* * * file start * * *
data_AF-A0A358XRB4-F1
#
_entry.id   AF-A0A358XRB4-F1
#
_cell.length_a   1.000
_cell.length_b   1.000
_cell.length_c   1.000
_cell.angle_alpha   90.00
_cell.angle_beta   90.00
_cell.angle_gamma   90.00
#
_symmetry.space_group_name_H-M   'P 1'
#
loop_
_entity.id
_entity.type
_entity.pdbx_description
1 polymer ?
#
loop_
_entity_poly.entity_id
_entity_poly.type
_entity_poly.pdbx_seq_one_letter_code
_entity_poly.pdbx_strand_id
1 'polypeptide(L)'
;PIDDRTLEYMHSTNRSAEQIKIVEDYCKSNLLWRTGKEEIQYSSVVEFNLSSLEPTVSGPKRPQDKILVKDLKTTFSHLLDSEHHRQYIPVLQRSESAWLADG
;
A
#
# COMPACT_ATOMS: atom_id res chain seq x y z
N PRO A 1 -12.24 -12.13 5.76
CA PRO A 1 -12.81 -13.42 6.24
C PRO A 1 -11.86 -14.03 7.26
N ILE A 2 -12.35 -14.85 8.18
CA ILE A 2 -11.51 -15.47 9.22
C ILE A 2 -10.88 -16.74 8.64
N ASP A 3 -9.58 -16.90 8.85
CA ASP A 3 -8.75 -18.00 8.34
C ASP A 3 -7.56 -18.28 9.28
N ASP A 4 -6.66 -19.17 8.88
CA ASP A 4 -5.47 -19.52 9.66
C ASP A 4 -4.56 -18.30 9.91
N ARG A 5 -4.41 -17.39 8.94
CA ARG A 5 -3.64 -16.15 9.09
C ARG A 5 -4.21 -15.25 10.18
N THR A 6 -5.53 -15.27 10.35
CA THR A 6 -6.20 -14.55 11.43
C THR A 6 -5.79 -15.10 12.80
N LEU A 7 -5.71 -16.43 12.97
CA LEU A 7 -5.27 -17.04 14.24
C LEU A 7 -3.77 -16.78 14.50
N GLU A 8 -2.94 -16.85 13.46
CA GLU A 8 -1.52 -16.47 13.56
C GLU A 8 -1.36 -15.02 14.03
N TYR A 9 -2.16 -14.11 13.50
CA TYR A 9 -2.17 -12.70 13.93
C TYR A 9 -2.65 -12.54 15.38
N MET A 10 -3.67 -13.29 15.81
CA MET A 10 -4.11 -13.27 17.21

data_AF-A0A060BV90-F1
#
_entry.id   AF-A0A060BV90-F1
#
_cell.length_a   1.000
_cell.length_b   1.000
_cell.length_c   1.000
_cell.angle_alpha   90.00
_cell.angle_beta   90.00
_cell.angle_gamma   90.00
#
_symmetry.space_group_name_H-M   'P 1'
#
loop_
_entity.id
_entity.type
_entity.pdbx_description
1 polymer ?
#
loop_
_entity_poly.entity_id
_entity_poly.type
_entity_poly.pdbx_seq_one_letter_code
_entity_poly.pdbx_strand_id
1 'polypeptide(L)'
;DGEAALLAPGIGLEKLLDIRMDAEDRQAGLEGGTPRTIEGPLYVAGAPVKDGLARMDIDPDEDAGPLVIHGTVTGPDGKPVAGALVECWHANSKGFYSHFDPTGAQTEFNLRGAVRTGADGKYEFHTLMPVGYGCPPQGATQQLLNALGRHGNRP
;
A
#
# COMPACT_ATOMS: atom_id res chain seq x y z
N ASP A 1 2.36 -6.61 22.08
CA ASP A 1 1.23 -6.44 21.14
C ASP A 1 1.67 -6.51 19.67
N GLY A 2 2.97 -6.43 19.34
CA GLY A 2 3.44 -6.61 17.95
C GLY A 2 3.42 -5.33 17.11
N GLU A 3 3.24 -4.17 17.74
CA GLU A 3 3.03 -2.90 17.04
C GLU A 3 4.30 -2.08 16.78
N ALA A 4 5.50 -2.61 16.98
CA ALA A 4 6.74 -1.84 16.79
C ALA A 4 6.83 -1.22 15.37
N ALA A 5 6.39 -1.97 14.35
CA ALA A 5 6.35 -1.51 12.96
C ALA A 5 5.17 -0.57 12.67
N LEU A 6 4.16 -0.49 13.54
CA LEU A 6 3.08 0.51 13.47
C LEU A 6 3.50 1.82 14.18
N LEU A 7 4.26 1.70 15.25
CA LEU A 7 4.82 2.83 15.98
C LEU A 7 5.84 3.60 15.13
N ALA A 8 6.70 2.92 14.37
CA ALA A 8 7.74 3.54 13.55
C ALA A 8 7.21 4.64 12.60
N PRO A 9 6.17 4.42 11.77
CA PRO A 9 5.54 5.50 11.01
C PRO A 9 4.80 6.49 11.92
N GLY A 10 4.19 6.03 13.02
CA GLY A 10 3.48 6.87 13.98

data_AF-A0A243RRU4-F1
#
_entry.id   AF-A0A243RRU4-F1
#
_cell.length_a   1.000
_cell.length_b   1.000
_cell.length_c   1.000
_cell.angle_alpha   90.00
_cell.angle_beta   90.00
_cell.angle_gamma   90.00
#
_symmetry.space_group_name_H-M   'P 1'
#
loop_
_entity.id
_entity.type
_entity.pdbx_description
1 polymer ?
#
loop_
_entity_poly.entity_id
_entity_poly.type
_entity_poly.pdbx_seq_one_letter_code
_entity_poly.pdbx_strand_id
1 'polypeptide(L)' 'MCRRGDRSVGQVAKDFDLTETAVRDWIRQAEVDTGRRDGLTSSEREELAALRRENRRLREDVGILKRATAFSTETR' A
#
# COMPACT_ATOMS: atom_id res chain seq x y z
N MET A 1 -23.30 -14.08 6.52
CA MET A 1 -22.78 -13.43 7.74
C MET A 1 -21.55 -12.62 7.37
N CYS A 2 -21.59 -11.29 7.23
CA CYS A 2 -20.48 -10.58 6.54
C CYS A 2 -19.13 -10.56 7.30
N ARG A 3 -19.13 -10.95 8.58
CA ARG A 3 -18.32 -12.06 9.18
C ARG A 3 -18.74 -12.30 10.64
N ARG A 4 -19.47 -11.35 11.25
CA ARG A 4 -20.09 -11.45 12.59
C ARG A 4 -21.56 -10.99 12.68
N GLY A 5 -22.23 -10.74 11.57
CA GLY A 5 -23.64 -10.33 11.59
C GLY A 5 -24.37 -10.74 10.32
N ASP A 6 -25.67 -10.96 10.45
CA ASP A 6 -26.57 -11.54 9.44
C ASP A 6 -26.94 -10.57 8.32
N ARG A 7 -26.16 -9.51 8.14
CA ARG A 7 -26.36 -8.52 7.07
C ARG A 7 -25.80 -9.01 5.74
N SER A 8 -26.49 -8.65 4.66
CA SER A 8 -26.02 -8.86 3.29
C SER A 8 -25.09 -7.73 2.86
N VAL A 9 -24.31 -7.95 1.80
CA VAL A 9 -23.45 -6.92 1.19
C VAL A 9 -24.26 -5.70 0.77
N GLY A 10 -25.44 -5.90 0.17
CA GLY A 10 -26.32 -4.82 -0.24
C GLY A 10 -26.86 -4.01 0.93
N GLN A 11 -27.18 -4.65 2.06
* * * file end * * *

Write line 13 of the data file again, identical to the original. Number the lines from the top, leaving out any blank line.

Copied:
#